--David Jaffe, creative director of God of War

"This is an extraordinarily accessible book from one of the few game designers who not only thinks deeply about the design process but is able to articulate it in a form that both enlightens and humbles the reader.

"The first thing you notice when you pick up A Theory of Fun is that there is a sharp division to it: the left-hand pages are text and the right-hand pages are pictures, with very little overlap. You are going to prefer one of these to the other - I guarantee it. What's more, in reading the book you'll get an inkling of why; it operates at many more levels than its cheerful veneer would suggest.

"The basic premise is that games are important. They're important because the brain is a highly efficient machine for recognising patterns, delivering pleasure when you learn new patterns. Games provide a context for recognising patterns where there is no external pressure to do so; this is what people call "fun".

"The argument develops that games are also an art form. If people are learning things from playing them, then those who create games in some way determine what is learned. However, although many game designers do have an implicit understanding of what they're designing, few (if any) have an explicit enough understanding to reason about the design process itself. To be able to discuss what is in effect an internalised process, they need a theory of game design; that is what this book aims to deliver.

"It actually does reasonably well in this regard. The test of a theory is its ability to be used predictively, and although A Theory of Fun doesn't come up with a bounded set of rules that can be applied to determine whether any given game will be fun, it does have a non-exhaustive set that can be applied to determine if a game isn't fun. Fail even one of these rules, and your game is looking bad.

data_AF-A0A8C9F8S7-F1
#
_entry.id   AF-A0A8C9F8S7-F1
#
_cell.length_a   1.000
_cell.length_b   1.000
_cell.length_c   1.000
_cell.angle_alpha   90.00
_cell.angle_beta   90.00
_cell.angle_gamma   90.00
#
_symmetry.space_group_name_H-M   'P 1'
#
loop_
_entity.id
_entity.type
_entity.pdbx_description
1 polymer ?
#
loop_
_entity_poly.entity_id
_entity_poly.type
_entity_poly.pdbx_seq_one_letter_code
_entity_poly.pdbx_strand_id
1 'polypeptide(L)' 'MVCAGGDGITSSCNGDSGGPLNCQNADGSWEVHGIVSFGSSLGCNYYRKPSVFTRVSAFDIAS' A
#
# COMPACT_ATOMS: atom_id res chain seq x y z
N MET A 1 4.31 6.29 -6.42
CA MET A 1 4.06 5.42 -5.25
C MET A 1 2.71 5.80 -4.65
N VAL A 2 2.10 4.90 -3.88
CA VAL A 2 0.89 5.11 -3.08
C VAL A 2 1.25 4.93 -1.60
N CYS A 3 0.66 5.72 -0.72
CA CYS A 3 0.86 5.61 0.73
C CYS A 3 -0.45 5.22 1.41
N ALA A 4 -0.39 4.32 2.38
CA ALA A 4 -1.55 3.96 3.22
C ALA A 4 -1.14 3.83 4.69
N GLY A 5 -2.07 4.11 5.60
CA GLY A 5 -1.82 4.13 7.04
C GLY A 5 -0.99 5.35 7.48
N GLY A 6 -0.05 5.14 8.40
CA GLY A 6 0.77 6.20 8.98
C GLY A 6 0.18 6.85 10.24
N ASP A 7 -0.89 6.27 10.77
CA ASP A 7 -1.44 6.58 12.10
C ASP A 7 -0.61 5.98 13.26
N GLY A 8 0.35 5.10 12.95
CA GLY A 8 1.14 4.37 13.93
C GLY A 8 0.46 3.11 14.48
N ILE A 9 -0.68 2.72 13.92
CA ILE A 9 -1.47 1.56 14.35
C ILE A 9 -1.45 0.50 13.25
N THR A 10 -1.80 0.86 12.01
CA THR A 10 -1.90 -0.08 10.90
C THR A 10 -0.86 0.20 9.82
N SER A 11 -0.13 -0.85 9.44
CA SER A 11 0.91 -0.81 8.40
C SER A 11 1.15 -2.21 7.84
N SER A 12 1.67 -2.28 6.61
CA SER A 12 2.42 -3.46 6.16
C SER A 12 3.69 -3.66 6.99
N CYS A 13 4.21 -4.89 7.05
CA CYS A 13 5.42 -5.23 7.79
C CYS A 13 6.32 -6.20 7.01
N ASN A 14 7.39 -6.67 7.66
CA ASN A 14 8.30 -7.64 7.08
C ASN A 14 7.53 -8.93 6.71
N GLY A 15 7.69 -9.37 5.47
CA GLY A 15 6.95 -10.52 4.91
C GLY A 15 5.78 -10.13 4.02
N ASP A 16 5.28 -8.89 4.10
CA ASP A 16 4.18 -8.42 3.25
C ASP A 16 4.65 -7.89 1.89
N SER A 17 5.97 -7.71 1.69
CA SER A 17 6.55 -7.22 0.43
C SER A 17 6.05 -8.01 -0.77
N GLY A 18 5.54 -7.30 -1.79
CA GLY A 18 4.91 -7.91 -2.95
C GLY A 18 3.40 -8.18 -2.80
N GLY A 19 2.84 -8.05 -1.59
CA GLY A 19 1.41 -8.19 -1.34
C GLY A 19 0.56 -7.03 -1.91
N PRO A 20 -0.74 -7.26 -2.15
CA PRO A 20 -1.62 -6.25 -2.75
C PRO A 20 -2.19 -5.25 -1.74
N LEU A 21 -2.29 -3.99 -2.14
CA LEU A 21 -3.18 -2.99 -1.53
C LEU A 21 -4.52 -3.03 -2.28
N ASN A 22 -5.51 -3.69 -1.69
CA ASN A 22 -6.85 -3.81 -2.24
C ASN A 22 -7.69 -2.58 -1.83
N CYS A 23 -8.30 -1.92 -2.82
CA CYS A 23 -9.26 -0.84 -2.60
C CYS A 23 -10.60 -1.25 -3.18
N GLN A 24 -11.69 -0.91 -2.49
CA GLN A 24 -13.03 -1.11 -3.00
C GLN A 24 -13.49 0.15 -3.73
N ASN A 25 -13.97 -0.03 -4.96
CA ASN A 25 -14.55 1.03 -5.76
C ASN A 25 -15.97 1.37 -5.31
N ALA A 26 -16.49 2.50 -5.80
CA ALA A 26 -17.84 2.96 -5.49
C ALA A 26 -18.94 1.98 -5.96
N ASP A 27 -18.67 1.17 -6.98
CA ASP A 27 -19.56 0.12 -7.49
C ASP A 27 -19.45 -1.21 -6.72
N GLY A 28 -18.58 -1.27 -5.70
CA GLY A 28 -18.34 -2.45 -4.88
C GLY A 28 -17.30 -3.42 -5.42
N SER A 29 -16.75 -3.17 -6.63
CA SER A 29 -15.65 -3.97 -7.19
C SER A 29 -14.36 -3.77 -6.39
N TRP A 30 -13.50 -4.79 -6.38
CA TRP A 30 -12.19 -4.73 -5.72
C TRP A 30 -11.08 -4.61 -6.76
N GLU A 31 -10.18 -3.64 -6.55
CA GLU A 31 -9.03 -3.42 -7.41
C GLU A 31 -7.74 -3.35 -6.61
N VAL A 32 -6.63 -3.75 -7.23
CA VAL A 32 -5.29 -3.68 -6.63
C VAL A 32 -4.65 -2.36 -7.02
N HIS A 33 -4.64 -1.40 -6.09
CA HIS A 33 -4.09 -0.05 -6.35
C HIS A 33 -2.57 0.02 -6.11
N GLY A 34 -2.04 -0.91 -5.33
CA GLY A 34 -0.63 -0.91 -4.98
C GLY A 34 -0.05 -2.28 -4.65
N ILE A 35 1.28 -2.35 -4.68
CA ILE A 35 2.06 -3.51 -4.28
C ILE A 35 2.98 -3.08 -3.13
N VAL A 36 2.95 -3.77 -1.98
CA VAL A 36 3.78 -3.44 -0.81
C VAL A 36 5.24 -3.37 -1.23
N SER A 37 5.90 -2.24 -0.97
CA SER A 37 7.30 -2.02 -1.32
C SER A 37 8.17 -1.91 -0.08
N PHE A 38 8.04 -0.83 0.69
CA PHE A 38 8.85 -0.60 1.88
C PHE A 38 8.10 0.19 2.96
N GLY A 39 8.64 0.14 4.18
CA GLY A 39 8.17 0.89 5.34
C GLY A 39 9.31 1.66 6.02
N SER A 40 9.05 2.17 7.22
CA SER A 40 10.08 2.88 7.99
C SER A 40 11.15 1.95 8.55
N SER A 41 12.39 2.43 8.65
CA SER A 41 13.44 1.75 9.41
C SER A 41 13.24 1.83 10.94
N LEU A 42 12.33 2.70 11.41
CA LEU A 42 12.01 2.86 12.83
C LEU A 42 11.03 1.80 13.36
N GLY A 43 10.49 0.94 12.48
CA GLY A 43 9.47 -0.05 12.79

"The scholarship behind the formulation of these rules, by the way, is considerable; it's one of the glories of A Theory of Fun that its results seem to effortlessly derived. I put this down to its being a book by a game-designer; the crafting of its structure is just so elegant. All is there that is needed to be there, yet with imaginative doors that open wider when you push them with thought. Whatever your game design experience, it will appear just right for you; that's the skill of a first class game-designer at work. Knowing this, at times it's breath-taking.

"This is a fun book, with a fun message.

"Play games: go grok yourself."

-- Dr. Richard Bartle, co-creator of MUD and online gaming veteran

"A remarkable little book."

Rand Waltzman, Royal Institute of Technology [Kungliga Tekniska Högskolan], Stockholm

Image of Game Informer review

"Raph Koster (of Sony Online and issue 138's Opinion column) outlines a convincing manifesto for why people do or don't have a good time in games in A Theory of Fun. He also makes us feel very very not smart."

- Game Informer magazine, Oct. 2005

"...Raph's book is one of the most important written for our industry, not to mention interesting to read. You cannot possibly read it and not feel at least twice like your brain has been hit by lightning, even someone as hide-bound and arrogant as I am.

"In fact, I make it mandatory reading for my designers in the MMO space and it has had an interesting effect on design discussions. People start talking less about "I bet we can improve on Feature X from Game Y" and more about "When does the learning and fun end and how do we break that loop?" It is gratifying to watch.

"I think if the book's influence and legacy is nothing more than that in the MMO space as a whole, it deserves to be canonized. Or if we only do that to people..."

- Jessica Mulligan, online gaming veteran

Image of Computer Games Online review